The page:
I’ve been reflecting on why passive-aggressive relational postures seem to be pervasive among American evangelicals. There are likely dozens of reasons why this is the case. I’ll only mention two, however, in trying to capture what makes our culture tick and why the notion of cruciformity (living in the shape of the cross) gets confused.
I’m reflecting on middle-class evangelical culture because it’s the culture I inhabit. I naturally share my culture’s destructive and manipulative tendencies and subtle grasping after power and leverage in relationships. Exposing these tendencies through critical self-reflection can help us discern how to cultivate fruitful and life-giving relational dynamics.
Yesterday I mentioned the tendency of American middle-class white people to use indirect speech.
A second factor has to do more specifically with evangelical church culture. It seems to me that many Christians uncritically assume that pure passivity is virtuous.
That is, we assume that when someone insults or injures us, the virtuous thing to do is . . . to do nothing. If a social interaction goes badly, or if someone offends us, we tend not to say anything in the moment. We bury our feelings, perhaps even denying them.
We feel we need “to just let it go.” Or, we need to “just get over it.” Perhaps we should “turn the other cheek.”
Again, there’s likely a variety of factors that shape us as passive people, but in my opinion our culture of passivity in general fosters the illusion that cruciformity has much in common with passive-aggressive postures.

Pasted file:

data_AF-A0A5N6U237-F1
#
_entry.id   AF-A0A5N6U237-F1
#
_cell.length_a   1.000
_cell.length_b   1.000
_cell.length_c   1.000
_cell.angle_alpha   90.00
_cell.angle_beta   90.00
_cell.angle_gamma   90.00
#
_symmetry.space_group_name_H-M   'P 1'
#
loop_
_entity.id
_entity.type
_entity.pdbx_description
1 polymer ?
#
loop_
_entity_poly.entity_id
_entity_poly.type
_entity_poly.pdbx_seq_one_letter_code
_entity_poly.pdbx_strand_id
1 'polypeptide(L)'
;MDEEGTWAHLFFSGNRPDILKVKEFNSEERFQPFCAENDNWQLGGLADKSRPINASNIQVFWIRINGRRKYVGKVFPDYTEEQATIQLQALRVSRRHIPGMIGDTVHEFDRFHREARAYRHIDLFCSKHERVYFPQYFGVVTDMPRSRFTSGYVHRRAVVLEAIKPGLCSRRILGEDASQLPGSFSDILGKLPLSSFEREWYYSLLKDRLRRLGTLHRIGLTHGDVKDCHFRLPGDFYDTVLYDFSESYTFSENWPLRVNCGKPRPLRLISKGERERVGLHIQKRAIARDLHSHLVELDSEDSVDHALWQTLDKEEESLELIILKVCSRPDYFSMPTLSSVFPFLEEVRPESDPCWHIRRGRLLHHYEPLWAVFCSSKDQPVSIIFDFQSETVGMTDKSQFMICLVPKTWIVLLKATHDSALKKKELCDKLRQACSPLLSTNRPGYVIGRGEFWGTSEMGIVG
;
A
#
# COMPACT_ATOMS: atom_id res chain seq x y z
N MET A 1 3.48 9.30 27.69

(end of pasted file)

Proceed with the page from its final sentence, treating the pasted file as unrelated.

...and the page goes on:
Such pure passivity, however, can often be selfish, destructive, and have nothing to do with cruciformity.
When we respond to an insult simply by not responding, we typically grow angry and resentful, developing a victim mentality. This fuels bitterness and malicious feelings, which then bear bad fruit in gossip, slander, the destruction of relationships, and the breakdown of community.
Further, because we assume that direct speech is either rude or sinful, we imagine that directly addressing the issue would be unkind or unchristian.
But pure passivity isn’t necessarily virtuous. It may be that such a posture is driven by fear, self-protection, lack of trust, or moral laziness.
And while cruciformity may at times look passive, it more often demands that we take the initiative to approach someone purposefully, strategically, and creatively in seeking a redemptive solution to a relational challenge.
At any rate, before getting into cruciform alternatives to passive-aggressive relational strategies, I wanted to explore a few reasons why such postures flourish in the soil of middle-class evangelical churches.
What other cultural features and factors do you think foster passive-aggressive relational strategies?